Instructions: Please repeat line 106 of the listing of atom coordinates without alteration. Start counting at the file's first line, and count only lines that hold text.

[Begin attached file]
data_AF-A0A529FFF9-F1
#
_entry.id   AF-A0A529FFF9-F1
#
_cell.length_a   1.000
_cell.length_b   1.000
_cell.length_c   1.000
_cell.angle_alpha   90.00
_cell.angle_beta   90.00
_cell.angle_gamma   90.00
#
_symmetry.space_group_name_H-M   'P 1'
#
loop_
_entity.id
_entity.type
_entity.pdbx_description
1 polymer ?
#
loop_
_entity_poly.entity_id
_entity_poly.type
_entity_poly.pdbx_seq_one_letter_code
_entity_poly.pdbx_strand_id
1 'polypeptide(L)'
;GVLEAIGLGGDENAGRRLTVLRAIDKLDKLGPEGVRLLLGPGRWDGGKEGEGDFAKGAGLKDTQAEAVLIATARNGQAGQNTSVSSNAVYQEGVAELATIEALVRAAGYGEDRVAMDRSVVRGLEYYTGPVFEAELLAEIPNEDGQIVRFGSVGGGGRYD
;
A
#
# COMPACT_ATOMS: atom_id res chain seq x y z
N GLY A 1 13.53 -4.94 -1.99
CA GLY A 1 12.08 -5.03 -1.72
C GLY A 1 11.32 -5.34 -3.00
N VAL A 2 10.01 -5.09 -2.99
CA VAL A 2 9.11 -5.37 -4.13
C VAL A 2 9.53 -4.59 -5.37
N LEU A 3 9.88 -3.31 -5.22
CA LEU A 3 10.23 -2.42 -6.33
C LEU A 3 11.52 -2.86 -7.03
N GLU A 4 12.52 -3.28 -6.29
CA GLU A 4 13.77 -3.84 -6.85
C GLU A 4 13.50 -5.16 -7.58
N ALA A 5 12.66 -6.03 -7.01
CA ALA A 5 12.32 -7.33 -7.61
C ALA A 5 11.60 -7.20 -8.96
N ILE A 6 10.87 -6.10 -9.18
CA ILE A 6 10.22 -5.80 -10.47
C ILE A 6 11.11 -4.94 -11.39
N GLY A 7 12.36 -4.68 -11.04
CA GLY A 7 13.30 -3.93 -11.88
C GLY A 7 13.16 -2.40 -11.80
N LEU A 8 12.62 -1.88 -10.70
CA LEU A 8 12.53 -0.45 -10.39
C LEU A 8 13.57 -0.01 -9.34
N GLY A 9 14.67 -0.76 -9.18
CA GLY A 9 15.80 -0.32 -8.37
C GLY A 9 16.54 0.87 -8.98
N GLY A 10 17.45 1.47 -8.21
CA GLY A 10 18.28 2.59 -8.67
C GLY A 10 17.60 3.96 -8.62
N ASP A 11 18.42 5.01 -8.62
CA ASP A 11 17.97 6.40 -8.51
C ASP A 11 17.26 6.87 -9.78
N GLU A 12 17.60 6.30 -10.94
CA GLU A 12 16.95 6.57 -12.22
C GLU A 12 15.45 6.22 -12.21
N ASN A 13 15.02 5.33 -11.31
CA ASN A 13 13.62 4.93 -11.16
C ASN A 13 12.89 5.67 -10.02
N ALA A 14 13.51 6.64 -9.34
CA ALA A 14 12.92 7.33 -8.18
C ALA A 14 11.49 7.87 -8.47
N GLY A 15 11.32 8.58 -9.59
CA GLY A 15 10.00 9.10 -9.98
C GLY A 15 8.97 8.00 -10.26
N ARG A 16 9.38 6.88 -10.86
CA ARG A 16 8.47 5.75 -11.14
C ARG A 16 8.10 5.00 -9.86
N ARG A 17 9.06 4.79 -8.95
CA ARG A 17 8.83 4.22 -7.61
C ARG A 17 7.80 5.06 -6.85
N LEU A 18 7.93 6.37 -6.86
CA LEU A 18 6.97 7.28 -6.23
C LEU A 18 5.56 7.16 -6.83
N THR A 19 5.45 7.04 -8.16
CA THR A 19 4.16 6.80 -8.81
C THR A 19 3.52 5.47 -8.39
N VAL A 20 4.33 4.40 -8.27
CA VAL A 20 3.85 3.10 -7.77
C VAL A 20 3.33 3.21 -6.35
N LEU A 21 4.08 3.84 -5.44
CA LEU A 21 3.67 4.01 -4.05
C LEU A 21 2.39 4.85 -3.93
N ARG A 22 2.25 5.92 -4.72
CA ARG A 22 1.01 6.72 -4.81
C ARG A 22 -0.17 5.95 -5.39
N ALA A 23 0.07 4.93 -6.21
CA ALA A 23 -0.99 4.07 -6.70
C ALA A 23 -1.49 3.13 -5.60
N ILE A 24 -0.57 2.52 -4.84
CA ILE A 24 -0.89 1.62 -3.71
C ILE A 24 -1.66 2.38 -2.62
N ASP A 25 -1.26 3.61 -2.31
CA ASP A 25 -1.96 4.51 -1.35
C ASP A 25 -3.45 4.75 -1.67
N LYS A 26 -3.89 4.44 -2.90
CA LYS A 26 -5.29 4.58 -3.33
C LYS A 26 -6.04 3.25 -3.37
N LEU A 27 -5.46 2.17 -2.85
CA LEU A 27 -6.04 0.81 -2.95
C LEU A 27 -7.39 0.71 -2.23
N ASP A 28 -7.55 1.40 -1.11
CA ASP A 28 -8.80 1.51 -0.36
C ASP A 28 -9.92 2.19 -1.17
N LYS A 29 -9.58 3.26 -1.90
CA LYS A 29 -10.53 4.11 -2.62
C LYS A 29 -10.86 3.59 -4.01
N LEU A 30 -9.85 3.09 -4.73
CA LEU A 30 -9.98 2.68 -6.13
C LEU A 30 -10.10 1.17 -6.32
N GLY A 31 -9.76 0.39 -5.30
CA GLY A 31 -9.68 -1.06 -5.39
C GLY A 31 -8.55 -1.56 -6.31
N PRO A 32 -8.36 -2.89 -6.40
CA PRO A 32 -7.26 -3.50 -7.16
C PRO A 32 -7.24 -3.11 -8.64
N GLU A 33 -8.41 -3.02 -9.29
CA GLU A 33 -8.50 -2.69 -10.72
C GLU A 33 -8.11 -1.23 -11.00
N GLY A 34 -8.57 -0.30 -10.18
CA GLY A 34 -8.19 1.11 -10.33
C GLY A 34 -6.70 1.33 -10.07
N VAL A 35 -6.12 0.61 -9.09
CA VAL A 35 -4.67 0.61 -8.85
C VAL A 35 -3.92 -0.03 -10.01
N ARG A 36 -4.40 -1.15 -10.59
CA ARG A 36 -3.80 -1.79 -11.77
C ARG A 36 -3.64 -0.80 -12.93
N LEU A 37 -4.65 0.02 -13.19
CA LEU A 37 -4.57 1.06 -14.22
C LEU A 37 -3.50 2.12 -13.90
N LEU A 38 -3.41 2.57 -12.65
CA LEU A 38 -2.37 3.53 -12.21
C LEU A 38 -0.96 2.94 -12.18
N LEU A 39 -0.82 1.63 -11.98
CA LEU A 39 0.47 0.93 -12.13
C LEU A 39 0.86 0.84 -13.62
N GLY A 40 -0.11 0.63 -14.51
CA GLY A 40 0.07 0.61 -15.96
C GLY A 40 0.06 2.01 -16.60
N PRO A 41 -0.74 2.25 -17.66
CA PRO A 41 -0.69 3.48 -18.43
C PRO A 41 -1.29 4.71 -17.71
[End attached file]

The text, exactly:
N LYS A 26 -3.89 4.44 -2.90